04 September 2023

Inversion

While marveling about my past few cars getting high miles without effort...

And mentioning that it was unheard of that American cars could do that...

I forgot something.

There was once a time when if you had a BMW or Mercedes Benz, you could count on hundreds of thousands of miles trouble free if you just did basic routine maintenance.

Now, try to find a Beemer that doesn't rack up catastrophic repair bills once the warranty expires.

Go on, I'll wait.

Damn short list, ain't it?

BMW has over-complicated basic, routine, maintenance to the point where it's included in the purchase price and warranty.  That complication means that you get ass-raped once that service plan expires with the warranty.

Of all the brands, they appear to have embraced the "elegant" solution of burying wear items under many layers of other assemblies to the point that it's simply not cost effective to repair them.

5 comments:

  1. I'm with you on this. Have owned VW on and off since 1972. All my cars through early 2001 (Jetta TDI) were very or relatively easy to work on. The 2005 I currently have is pushing the boundary, I had to find a few special tools but still, could do it myself. Now we get to 2019 (my latest VW). When the warranty expires it is going to get interesting. Can't do brake flush (well, can do the actual flush, but need VCDS tool to re-calibrate the ABS of all things). Removing a battery without having a secondary 12V attached can cause all sorts of gremlins, of course, also requiring the VCDS computer tools). I can do basics with what I have, but not in depth re-programming or re-setting.

    My wife's Honda series is also getting more complex and I am finding more and more of the we built it so you can't easily service it features.

    Makes the urge to find a low mileage 1970's or older and fix it up more tempting every day. Who the heck would have thought that I would be pining for my 65 Impala Wagon, Olds Vista Cruiser or Dodge Coronet 440 this late in life?

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  2. I've noticed that also about BMWs. It happened sometime in the 1990s I think. In the 1960s-1980s they built a pretty solid, and in some ways simple car. The 2002, 5 and 7 series of those earlier years weren't horrible to maintain other than parts were expensive, which is true of all German made cars including VW. My brother-in-law is a Mercedes mechanic at the big dealership over in The Woodlands (north of Houston). I've heard horror stories from him about how much of a PITA some things are on Mercedes, especially the SUV models. The past couple years he's been the shop lead for Sprinter vans. He has less bad things to say about them compared to most of the other model lines. His dealership rolls in the $$$ for maintenance on those though because one of the local Mopar dealers sends all of their older (Diamler Chrysler era) vans over because they don't have anyone trained in them and they also do all of the Sprinter maintenance for one of the local Freightliner dealers which sells a rebranded version. Most people who own BMW and Mercedes take their cars back to the dealers for service because a lot of other shops, except for a few specialty ones won't touch them with a 12 foot pole. The demographic of the people who drive used BMW and Mercedes is different than new. I won't say how, although probably a lot will guess. People who put a big emphasis on status, overpay, often at a scammy dealership like Drive Time or Car Max (where they pay out the @$$ on interest and fees) and don't seem to know there is a reason why the resale value falls off a cliff for the 3rd owner of those cars. I'd feel worse, except that it's self inflicted. The problems with fragile and overcomplicated cars get magnified when someone buys them who half asses maintenance because they paid way too much for the car in the first place.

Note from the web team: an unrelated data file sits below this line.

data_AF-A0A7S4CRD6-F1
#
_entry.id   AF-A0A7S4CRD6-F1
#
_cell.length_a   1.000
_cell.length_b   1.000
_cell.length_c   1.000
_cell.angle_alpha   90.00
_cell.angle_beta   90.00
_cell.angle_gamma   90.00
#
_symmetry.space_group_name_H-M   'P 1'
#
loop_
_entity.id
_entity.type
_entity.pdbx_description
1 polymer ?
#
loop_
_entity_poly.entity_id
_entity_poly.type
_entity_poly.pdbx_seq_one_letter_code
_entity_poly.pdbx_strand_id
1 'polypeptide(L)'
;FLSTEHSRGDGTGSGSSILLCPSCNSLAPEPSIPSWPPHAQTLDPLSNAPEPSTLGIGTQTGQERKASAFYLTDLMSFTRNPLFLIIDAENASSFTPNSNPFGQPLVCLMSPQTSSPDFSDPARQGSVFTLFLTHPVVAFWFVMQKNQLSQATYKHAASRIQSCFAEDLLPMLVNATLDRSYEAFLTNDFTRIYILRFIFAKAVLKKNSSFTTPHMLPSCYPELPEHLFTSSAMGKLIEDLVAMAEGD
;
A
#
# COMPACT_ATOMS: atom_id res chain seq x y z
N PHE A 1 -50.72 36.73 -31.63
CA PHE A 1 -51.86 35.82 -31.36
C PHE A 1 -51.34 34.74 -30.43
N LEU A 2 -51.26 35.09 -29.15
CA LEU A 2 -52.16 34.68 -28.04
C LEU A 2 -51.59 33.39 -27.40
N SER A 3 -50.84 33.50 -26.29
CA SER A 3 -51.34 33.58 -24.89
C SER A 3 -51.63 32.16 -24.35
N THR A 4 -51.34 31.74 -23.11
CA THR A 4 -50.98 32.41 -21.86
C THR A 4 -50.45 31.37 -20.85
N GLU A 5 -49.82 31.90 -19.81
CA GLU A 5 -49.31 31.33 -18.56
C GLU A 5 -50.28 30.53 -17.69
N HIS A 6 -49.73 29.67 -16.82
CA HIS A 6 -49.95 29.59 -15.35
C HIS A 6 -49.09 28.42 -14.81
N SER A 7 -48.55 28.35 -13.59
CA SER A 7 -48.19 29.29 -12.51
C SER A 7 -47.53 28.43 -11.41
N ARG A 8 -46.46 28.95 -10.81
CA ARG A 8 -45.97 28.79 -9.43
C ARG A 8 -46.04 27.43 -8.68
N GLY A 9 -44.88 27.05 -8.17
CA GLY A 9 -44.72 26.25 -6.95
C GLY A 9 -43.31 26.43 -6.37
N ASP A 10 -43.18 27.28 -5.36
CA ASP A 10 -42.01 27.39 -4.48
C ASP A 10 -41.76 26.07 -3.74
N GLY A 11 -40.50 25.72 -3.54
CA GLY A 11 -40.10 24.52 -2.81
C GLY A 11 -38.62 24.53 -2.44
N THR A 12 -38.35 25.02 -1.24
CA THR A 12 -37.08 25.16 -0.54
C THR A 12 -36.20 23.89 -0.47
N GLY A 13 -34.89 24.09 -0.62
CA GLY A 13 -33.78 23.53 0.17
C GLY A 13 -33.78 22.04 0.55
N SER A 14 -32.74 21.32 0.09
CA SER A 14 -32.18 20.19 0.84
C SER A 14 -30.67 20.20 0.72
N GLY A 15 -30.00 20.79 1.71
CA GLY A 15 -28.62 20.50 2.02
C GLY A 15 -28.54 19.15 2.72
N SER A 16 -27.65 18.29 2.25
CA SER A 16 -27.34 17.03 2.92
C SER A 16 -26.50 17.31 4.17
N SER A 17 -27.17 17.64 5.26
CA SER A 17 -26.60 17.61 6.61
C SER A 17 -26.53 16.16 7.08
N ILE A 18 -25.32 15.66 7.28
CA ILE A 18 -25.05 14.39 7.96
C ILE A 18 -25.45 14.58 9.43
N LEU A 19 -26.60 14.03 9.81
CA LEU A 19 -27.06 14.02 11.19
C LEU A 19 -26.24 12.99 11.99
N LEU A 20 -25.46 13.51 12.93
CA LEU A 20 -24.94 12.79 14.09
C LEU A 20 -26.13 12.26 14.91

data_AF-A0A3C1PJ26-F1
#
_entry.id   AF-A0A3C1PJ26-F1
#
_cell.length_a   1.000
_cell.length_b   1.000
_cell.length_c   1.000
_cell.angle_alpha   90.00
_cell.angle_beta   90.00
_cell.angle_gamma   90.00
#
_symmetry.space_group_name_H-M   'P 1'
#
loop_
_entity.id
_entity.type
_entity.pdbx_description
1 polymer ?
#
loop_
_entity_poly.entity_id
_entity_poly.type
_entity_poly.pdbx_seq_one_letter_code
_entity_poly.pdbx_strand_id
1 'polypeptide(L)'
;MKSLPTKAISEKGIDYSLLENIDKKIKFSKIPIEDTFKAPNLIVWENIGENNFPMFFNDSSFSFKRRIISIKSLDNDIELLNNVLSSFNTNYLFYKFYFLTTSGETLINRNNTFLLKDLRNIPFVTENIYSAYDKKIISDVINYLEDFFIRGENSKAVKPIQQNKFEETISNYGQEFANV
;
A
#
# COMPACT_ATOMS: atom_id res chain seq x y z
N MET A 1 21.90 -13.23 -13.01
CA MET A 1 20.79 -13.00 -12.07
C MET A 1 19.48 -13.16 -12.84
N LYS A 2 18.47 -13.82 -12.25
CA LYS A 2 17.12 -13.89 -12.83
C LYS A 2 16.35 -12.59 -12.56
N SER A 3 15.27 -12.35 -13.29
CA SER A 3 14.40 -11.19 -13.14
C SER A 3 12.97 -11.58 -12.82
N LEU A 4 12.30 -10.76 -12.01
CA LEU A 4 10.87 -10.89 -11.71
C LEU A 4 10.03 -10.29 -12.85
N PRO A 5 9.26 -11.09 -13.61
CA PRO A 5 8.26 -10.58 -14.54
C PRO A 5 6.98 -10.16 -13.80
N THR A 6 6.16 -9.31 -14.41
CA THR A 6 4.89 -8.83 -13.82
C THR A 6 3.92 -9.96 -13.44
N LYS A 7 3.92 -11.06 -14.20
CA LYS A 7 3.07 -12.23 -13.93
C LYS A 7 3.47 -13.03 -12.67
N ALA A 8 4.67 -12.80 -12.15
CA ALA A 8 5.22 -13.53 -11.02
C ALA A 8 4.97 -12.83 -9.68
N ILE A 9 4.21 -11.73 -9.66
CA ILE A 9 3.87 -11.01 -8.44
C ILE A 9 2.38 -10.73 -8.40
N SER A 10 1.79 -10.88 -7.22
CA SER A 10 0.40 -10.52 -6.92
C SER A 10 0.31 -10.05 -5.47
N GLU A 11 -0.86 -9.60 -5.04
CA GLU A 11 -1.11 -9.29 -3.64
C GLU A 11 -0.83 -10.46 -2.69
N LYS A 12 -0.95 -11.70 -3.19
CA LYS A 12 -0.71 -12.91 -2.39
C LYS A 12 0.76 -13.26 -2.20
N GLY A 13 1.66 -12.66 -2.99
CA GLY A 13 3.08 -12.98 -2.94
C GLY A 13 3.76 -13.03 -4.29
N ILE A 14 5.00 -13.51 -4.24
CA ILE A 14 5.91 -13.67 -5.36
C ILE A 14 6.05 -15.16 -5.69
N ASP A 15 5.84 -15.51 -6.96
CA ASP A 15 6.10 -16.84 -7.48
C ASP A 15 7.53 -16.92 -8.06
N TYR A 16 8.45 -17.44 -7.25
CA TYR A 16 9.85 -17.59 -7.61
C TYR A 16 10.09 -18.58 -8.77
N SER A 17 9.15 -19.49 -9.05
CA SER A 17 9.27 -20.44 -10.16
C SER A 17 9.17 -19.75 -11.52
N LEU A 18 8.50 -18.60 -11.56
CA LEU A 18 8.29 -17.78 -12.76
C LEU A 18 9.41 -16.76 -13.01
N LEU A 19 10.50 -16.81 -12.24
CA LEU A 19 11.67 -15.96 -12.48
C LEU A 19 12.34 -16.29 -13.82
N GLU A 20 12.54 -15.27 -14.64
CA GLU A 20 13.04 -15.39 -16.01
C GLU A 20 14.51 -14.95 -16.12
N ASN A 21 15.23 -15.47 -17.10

-swj

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  3. The wife had a 2012 TDI that blew a $1200 A/C hose. Took months to get it from Germany (in 2014 before the planned shortages) then less than four months later it blew another. I was SO glad that they f*cked up and got caught scamming the EPA on their diesels.

    Wife now has a 2013 F-150 that hasn't been in the shop except for a recall on some transmission programming.
    The 2013 Silverado has 200K mile on it and the only thing it's been in the shop for was the top ball joints.

    The 2017 F-250 4X4 (gasser) has almost 200K miles on it that I bought at about 150K. don't know what it's had done to it, but it was a fleet truck. All of them have had oil changes when needed and the older trucks have always had synthetic oil.
    I almost forgot, all of them have gone through at least one set of brake pads.

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  4. This comment has been removed by a blog administrator.

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  5. Several years ago I commented on the change in definition of "luxury", as applied to German cars when the W220 Mercedes S Class started having reliability issues. Back in the day, think W123 Mercedes or E30 BMW, luxury was a beautifully made but basic vehicle that would run forever if maintained. Then "luxury" became a gadget laden status symbol with the reliability of a 1996 Kia Sephia. On a side note the decline in Mercedes and BMW reliability was the springboard for Lexus in the late 90s since the LS offered the look and feel of a Mercedes, with Toyota reliability and quality.

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